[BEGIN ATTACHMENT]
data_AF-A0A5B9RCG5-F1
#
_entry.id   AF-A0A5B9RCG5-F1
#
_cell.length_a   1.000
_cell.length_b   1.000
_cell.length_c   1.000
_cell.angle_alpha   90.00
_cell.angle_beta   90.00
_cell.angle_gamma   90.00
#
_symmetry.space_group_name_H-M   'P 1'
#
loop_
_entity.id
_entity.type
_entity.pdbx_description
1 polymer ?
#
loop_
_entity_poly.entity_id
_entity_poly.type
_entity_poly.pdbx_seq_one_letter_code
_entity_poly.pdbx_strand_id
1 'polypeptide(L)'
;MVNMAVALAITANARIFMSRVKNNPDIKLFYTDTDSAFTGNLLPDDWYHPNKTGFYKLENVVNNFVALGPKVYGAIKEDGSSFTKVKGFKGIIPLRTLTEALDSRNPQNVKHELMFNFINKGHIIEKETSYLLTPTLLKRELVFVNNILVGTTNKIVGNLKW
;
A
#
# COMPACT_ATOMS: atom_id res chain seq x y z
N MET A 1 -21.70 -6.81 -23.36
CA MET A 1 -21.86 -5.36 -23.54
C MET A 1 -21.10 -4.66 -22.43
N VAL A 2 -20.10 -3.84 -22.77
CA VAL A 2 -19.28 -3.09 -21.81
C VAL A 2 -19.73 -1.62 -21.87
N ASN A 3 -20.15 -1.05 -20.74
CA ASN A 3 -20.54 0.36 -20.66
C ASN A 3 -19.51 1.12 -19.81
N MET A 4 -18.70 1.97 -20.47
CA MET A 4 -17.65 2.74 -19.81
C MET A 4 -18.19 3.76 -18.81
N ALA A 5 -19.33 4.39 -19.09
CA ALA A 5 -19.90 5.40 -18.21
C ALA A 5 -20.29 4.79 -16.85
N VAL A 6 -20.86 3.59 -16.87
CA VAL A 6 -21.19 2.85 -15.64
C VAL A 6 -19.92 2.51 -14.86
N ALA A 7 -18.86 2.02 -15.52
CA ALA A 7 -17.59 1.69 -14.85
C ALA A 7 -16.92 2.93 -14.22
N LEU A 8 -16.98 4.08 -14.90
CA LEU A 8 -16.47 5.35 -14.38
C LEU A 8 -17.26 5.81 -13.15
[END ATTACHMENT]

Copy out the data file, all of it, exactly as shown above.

data_AF-A0A5B9RCG5-F1
#
_entry.id   AF-A0A5B9RCG5-F1
#
_cell.length_a   1.000
_cell.length_b   1.000
_cell.length_c   1.000
_cell.angle_alpha   90.00
_cell.angle_beta   90.00
_cell.angle_gamma   90.00
#
_symmetry.space_group_name_H-M   'P 1'
#
loop_
_entity.id
_entity.type
_entity.pdbx_description
1 polymer ?
#
loop_
_entity_poly.entity_id
_entity_poly.type
_entity_poly.pdbx_seq_one_letter_code
_entity_poly.pdbx_strand_id
1 'polypeptide(L)'
;MVNMAVALAITANARIFMSRVKNNPDIKLFYTDTDSAFTGNLLPDDWYHPNKTGFYKLENVVNNFVALGPKVYGAIKEDGSSFTKVKGFKGIIPLRTLTEALDSRNPQNVKHELMFNFINKGHIIEKETSYLLTPTLLKRELVFVNNILVGTTNKIVGNLKW
;
A
#
# COMPACT_ATOMS: atom_id res chain seq x y z
N MET A 1 -21.70 -6.81 -23.36
CA MET A 1 -21.86 -5.36 -23.54
C MET A 1 -21.10 -4.66 -22.43
N VAL A 2 -20.10 -3.84 -22.77
CA VAL A 2 -19.28 -3.09 -21.81
C VAL A 2 -19.73 -1.62 -21.87
N ASN A 3 -20.15 -1.05 -20.74
CA ASN A 3 -20.54 0.36 -20.66
C ASN A 3 -19.51 1.12 -19.81
N MET A 4 -18.70 1.97 -20.47
CA MET A 4 -17.65 2.74 -19.81
C MET A 4 -18.19 3.76 -18.81
N ALA A 5 -19.33 4.39 -19.09
CA ALA A 5 -19.90 5.40 -18.21
C ALA A 5 -20.29 4.79 -16.85
N VAL A 6 -20.86 3.59 -16.87
CA VAL A 6 -21.19 2.85 -15.64
C VAL A 6 -19.92 2.51 -14.86
N ALA A 7 -18.86 2.02 -15.52
CA ALA A 7 -17.59 1.69 -14.85
C ALA A 7 -16.92 2.93 -14.22
N LEU A 8 -16.98 4.08 -14.90
CA LEU A 8 -16.47 5.35 -14.38
C LEU A 8 -17.26 5.81 -13.15